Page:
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As many countries in the western world have been affected by the financial crisis and subsequent budget and job cuts, more and more people have found themselves out of work – in the UK alone 2.62 million people are unemployed.
With such unprecedented levels, many of whom are young people, the Internet has become a source of information to find and search for jobs, albeit a competitive one. As such, you may be tearing your hair out desperately trying to figure out where your next break will come, whilst knowing that thousands of other people will be doing the same thing. There is help though, especially in the form of social media.
Ever wondered what determines who sees your Facebook updates, or what you see in your own news feed? Besides overcomplicated privacy settings, there is an algorithm that determines these factors, known as EdgeRank.
There are so many aspects to EdgeRank that contribute to determining what a user sees in their newsfeed, from both their peers and from business or fan pages. This post focuses on the factors that a business may want to consider if they have a fan page, and how to market to EdgeRank to get the most out of your Facebook page activity. Read more
Facebook offers a fantastic platform to engage with your potential consumers. Not only is it a fundamental touch-point if your audience members make up some of the 845 million active users on the network, but it’s the perfect place to start a two-way conversation with them. The interactive nature of the site gives marketers an un-missable opportunity to engage with potential consumers, that most other marketing mediums just don’t have.
Social Media is now part of every day life. If you spend a percentage of your day online then you will almost certainly have a social profile of some sort. Twitter and Facebook are sites a majority of people are active on, with the likes of Google Plus also now very much in the game.
These sites are now so set into our lives that most of us no longer think twice about what we say on them, making them a common place for us to moan. We don’t even give it a second thought. If something has annoyed us then we will Tweet about it.
The world of SEO and online marketing is forever changing. You only have to perform a quick search to see that the industry is already preparing itself and predicting what 2012 has in store. Amongst the many changes in the past year was the increased emphasis on social media and the sharing of content.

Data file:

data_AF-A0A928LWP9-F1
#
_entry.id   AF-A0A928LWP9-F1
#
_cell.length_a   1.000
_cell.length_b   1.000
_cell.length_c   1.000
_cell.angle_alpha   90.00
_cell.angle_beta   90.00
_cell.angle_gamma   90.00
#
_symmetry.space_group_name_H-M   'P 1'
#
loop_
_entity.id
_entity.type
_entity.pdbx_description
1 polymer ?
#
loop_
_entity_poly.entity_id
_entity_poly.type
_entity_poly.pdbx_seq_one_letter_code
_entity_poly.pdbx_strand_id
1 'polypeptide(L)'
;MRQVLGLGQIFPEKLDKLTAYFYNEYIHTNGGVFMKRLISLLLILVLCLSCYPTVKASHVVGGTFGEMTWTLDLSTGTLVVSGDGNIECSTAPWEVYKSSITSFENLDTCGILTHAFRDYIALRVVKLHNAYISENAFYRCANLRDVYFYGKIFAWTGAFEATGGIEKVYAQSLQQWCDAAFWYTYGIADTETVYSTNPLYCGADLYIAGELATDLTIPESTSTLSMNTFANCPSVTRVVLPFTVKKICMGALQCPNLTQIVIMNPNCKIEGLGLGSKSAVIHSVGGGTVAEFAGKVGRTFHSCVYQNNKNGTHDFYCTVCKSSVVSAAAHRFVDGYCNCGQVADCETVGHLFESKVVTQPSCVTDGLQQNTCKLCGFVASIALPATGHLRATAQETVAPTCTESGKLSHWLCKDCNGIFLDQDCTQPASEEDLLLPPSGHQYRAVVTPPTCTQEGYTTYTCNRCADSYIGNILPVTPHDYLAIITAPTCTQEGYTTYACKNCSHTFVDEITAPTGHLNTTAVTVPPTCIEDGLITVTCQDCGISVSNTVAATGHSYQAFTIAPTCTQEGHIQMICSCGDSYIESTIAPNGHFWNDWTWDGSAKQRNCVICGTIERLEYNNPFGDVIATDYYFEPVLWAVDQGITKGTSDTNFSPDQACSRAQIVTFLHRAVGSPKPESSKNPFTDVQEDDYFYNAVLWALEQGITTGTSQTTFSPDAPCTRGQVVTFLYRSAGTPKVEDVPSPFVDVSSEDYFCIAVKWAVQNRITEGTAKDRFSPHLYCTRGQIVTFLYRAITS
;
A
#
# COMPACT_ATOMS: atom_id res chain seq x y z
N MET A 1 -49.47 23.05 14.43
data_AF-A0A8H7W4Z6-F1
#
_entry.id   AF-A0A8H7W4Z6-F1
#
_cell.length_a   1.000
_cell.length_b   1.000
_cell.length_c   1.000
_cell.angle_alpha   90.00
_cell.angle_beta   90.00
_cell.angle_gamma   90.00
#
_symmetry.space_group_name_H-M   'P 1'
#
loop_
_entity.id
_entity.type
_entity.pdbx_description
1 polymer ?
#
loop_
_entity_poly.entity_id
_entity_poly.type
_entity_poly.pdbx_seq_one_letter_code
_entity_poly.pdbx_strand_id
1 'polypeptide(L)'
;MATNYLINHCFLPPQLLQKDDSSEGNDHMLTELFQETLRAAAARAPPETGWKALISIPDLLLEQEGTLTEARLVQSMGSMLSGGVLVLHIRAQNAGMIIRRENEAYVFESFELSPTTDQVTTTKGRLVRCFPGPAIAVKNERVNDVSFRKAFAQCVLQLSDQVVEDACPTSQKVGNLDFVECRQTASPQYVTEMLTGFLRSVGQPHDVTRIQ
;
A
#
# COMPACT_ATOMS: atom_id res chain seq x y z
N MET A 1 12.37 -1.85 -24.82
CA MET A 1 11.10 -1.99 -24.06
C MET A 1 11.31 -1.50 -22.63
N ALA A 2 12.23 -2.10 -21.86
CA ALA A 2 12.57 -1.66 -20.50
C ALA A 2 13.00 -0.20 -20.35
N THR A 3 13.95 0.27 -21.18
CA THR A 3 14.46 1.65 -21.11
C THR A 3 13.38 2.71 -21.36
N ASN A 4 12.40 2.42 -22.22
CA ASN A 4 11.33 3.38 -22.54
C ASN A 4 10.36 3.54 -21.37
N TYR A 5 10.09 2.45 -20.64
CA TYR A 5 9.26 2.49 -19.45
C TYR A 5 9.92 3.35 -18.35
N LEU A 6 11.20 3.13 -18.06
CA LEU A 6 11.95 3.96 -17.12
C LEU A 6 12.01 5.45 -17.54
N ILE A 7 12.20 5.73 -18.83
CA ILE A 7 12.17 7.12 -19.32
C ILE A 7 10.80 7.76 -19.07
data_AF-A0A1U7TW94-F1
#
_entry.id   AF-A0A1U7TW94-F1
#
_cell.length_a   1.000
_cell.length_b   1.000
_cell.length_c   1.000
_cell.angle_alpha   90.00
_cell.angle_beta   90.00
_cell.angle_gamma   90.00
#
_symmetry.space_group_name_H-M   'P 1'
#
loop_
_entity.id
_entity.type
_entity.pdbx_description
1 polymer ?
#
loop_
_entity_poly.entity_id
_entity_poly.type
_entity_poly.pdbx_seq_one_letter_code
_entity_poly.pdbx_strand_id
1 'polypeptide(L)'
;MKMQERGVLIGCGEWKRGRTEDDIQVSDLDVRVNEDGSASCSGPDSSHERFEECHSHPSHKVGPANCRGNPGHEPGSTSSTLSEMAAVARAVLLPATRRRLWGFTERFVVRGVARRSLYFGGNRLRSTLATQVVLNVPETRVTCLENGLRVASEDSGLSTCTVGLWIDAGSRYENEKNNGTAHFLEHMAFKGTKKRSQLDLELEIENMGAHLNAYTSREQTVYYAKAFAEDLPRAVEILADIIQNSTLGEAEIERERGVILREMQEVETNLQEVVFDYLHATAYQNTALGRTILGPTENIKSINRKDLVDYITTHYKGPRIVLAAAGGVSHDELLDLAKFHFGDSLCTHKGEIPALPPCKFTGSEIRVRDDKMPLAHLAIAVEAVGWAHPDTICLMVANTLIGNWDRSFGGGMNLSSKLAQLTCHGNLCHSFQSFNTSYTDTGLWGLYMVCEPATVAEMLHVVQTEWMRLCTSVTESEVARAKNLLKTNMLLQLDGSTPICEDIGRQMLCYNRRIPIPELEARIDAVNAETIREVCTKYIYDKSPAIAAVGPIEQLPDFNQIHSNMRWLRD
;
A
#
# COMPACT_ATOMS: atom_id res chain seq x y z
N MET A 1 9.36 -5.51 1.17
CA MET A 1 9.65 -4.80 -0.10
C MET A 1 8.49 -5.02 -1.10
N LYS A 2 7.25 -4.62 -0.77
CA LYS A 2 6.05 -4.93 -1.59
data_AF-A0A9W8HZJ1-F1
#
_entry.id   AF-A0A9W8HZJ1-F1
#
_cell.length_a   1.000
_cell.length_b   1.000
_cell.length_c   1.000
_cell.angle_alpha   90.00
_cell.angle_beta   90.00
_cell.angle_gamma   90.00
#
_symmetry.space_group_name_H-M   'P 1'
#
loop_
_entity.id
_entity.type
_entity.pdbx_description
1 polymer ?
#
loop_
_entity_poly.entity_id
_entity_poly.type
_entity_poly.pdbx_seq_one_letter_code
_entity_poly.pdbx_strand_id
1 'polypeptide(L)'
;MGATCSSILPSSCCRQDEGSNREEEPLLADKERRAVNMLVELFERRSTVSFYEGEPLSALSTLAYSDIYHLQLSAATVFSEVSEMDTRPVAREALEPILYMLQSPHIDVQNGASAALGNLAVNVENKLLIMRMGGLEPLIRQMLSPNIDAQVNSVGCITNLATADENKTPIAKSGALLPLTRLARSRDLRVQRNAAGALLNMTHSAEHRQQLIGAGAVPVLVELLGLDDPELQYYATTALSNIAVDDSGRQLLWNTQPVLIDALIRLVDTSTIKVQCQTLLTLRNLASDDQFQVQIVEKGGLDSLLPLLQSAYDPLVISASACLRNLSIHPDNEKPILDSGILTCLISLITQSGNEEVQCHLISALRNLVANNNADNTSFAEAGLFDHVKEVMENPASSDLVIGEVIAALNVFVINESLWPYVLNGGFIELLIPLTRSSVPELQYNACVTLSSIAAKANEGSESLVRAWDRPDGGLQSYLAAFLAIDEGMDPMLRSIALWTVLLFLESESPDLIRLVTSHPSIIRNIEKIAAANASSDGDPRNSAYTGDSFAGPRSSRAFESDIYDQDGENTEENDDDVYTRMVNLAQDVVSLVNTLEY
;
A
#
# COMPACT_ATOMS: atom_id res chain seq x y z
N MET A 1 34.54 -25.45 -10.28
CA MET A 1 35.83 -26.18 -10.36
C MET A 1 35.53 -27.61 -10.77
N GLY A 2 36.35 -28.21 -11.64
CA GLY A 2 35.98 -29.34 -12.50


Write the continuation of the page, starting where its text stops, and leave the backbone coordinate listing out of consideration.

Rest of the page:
More importantly though, is that Facebook now makes up 52.1% of sharing on the web [Source: Search Engine Land]. With the social networking giant being responsible for so much sharing, isn’t it time that online marketers took better advantage?
A few days after social media was being lambasted in the UK press for its role in the London riots, new media has emerged as a saint over night for its efforts in helping community groups clean up some of the damage that has been caused.
Whilst this really is a case of being two sides of the same coin, there’s no doubt that sites such as Twitter and Facebook have played a significant role throughout the recent rioting. As the police continue in their efforts to keep the streets safe, good hearted citizens are offering their help with clean up operations in all of the affected areas of London using the hash tag #riotcleanup on Twitter.
Both Facebook and Google are considering separate bids to buy the video conferencing service, Skype.
Discussions are at very early stages and it is very difficult to speculate which offer Skype may prefer (if any), but according to reports from Reuters, Skype is at a crossroads. They have been delaying an eagerly anticipated IPO (Initial Public Offering), which signals that something is going to happen sooner or later.
Most companies, especially SMEs, recognise the importance of customer service. We can’t afford to lose business, especially with the economic climate the way it is at the moment. Every user is important, and companies need to be pro-active in not only their customer acquisition but also in their retention.
Friday was the day that investors and folks in Palo Alto had been waiting for with bated breath, ever since Facebook announced that they would be going public back in February. Whilst the IPO was far from disastrous, a closing price of $38.23 ($0.23 above the opening value), issues with the Nasdaq flotation and a looming $15billion lawsuit over privacy violations left a bit of a bad taste on one of the biggest days in the company’s history.
This is a massive breakthrough for the millions of businesses that use Facebook to interact with their customers. B2B and B2C companies will now have the opportunity to directly interact with their target audience. This will improve the rate of engagement and will also help businesses who use Facebook as a customer service platform. Read more
As we said yesterday, something big was about to happen to rival Google+ [See: Is Bing’s Battle with Google Finally Heating Up?], and that came in the form of the Skype/Facebook deal that’s been filling column inches on blogs and articles across the globe.
For Microsoft, their agreed acquisition of Skype back in May was surrounded by questions [See: Microsoft close to Buying Skype] and whilst this announcement has put their agreed acquisition into a bit of perspective, it would be too easy to say this justifies the $8.5 billion they agreed to pay.